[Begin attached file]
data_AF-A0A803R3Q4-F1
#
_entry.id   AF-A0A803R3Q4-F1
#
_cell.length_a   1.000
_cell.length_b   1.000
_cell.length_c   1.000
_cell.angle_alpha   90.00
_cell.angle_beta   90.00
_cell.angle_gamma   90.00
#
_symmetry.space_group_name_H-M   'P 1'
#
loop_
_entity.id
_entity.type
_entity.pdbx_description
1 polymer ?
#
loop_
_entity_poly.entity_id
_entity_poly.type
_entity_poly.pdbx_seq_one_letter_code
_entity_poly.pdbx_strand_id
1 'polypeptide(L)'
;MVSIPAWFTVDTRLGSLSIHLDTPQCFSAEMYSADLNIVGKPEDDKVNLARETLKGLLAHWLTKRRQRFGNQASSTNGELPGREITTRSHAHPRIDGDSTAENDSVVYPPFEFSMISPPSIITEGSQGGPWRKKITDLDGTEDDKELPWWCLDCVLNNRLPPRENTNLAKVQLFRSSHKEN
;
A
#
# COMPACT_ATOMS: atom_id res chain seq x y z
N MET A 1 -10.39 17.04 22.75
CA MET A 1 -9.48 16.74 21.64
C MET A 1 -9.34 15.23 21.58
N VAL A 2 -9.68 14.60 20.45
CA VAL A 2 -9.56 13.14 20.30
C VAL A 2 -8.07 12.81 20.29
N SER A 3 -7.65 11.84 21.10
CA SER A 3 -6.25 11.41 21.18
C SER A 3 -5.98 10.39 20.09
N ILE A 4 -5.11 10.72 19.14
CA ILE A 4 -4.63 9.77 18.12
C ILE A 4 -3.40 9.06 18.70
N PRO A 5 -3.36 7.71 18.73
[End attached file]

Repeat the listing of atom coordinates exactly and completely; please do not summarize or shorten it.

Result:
data_AF-A0A803R3Q4-F1
#
_entry.id   AF-A0A803R3Q4-F1
#
_cell.length_a   1.000
_cell.length_b   1.000
_cell.length_c   1.000
_cell.angle_alpha   90.00
_cell.angle_beta   90.00
_cell.angle_gamma   90.00
#
_symmetry.space_group_name_H-M   'P 1'
#
loop_
_entity.id
_entity.type
_entity.pdbx_description
1 polymer ?
#
loop_
_entity_poly.entity_id
_entity_poly.type
_entity_poly.pdbx_seq_one_letter_code
_entity_poly.pdbx_strand_id
1 'polypeptide(L)'
;MVSIPAWFTVDTRLGSLSIHLDTPQCFSAEMYSADLNIVGKPEDDKVNLARETLKGLLAHWLTKRRQRFGNQASSTNGELPGREITTRSHAHPRIDGDSTAENDSVVYPPFEFSMISPPSIITEGSQGGPWRKKITDLDGTEDDKELPWWCLDCVLNNRLPPRENTNLAKVQLFRSSHKEN
;
A
#
# COMPACT_ATOMS: atom_id res chain seq x y z
N MET A 1 -10.39 17.04 22.75
CA MET A 1 -9.48 16.74 21.64
C MET A 1 -9.34 15.23 21.58
N VAL A 2 -9.68 14.60 20.45
CA VAL A 2 -9.56 13.14 20.30
C VAL A 2 -8.07 12.81 20.29
N SER A 3 -7.65 11.84 21.10
CA SER A 3 -6.25 11.41 21.18
C SER A 3 -5.98 10.39 20.09
N ILE A 4 -5.11 10.72 19.14
CA ILE A 4 -4.63 9.77 18.12
C ILE A 4 -3.40 9.06 18.70
N PRO A 5 -3.36 7.71 18.73